4 December 1998

£1500/acre bottom forecast

FARMLAND prices are expected to fall to £1500/acre during the next two years in central southern England after the £1000/acre decline seen recently.

"Prices depending on quality, location and fixed equipment on the farm now have stabilised at between £2000 and £2500/acre from a £3000/acre high over a year ago," says David Sherborn Hoare, of surveyors Butler Sherborn.

But returns from contract farming now are higher on a per acreage basis than those for farm business tenancies for bare land in the area.

"Farm incomes have fallen by 75% over the past two years and one way to survive is to spread the financial costs over a bigger acreage," he said.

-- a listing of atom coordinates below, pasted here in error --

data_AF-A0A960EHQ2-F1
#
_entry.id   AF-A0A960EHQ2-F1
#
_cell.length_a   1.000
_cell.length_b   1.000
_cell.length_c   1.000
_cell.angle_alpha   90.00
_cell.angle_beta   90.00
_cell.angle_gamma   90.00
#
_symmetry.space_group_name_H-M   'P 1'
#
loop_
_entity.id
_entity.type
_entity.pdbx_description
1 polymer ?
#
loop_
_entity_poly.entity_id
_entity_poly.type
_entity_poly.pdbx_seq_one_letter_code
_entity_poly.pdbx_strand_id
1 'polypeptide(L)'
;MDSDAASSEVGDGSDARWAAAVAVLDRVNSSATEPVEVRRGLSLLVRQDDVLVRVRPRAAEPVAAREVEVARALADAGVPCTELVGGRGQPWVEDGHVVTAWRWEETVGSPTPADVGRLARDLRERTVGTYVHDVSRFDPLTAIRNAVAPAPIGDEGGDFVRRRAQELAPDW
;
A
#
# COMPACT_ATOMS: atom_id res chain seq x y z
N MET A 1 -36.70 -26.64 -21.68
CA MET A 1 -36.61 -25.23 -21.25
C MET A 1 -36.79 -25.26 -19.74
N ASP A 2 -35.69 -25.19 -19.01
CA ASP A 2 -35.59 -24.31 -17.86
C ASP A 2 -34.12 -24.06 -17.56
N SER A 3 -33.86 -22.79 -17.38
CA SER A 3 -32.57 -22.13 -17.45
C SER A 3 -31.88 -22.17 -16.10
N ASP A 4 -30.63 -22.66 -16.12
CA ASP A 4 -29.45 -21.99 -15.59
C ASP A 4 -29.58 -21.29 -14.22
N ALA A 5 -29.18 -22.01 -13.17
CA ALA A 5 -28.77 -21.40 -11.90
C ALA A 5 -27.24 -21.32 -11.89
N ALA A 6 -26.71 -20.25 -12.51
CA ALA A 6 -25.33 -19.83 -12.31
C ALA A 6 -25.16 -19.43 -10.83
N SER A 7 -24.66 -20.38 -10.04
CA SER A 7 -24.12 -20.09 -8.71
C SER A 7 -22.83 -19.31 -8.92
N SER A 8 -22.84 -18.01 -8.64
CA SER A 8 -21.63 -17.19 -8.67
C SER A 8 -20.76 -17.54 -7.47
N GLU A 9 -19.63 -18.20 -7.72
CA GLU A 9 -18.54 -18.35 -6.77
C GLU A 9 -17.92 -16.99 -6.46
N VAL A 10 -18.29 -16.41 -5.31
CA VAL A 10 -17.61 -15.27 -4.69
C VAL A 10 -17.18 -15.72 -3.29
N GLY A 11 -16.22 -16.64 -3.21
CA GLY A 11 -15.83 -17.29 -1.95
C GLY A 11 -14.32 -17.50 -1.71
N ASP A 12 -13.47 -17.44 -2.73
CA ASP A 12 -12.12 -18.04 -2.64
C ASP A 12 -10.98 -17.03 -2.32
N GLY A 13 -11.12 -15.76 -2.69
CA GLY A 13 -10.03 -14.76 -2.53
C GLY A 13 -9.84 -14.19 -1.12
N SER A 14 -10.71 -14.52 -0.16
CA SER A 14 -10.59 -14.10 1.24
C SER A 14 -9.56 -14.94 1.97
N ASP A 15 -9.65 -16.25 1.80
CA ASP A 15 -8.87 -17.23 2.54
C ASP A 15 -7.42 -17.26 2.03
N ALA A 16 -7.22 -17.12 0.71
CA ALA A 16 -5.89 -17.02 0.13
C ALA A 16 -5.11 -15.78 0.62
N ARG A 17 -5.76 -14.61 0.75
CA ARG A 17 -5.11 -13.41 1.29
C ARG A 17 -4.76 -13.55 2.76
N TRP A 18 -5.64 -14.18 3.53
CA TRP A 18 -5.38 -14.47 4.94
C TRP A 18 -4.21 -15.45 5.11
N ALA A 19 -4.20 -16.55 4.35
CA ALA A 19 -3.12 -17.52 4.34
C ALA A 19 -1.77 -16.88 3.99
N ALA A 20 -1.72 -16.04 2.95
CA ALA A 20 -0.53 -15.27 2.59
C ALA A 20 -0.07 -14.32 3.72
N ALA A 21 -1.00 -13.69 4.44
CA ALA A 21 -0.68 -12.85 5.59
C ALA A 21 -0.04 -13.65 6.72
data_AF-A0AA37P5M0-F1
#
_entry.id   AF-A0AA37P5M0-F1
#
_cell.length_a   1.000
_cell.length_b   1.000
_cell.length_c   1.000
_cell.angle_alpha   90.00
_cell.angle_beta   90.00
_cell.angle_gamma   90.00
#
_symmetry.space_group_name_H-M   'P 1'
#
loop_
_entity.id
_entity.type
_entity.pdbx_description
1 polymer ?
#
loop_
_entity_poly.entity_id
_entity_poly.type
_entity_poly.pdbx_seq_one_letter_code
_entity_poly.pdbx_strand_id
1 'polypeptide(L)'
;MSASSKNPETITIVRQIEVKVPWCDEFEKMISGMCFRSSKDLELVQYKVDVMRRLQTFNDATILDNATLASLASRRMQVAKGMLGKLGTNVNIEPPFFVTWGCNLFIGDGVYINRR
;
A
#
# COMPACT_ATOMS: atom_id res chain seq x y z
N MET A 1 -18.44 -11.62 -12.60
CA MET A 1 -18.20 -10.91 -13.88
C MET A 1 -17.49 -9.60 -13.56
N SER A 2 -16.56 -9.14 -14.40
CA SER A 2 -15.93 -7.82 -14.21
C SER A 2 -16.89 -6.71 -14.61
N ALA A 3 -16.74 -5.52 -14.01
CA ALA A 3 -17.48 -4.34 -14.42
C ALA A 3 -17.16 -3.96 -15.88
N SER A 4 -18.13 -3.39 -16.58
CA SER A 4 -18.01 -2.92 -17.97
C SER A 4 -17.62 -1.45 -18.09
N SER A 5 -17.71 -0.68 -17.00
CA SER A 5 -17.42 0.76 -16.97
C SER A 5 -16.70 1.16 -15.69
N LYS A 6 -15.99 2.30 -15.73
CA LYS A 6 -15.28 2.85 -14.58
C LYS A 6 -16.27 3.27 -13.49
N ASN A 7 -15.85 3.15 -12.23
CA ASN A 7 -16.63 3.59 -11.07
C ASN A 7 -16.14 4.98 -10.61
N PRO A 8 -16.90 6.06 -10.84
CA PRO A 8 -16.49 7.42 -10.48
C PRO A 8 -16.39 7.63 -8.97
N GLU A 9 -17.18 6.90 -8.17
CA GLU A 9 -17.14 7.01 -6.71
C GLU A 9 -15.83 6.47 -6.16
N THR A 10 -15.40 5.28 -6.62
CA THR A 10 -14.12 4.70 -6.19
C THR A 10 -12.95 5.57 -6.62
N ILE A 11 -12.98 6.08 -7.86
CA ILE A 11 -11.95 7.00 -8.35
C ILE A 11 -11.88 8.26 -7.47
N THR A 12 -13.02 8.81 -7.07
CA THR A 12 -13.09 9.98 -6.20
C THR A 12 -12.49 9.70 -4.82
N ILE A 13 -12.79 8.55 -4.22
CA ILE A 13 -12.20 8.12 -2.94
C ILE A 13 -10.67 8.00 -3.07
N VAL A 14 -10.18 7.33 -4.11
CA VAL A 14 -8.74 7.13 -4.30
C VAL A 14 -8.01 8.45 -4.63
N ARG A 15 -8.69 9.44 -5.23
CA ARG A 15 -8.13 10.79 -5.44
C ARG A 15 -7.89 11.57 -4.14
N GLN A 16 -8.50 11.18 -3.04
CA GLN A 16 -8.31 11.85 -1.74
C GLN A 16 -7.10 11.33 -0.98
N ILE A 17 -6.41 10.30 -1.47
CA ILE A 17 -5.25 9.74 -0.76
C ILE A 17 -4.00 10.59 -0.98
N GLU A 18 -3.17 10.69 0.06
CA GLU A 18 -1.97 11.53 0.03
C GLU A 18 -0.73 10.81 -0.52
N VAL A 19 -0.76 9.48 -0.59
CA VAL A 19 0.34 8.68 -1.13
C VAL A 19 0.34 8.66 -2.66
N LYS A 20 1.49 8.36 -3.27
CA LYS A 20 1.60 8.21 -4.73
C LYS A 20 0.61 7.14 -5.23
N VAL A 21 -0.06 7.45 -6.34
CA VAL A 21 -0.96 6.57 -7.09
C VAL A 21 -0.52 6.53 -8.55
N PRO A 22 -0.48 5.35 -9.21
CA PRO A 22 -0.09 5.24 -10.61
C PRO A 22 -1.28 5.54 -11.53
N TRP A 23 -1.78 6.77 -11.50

He says farmers on traditional tenancies are paying between £45 and £50/acre for cereal and mixed farms with a house, but bare land without the house is commanding rents of £55-60/acre. Effectively, the farmhouse is being thrown in for free.

While good farmers still can make £150/acre, poorer farmers with a much smaller acreage now could be losing £150/acre.

"In a worked example a better farmer benefiting from area aid made a total income of £380/acre against expenditure of about £260/acre. The same unit farmed less efficiently generated a projected income of £270/acre and an expenditure of £330/acre, a deficit of £60/acre," he said.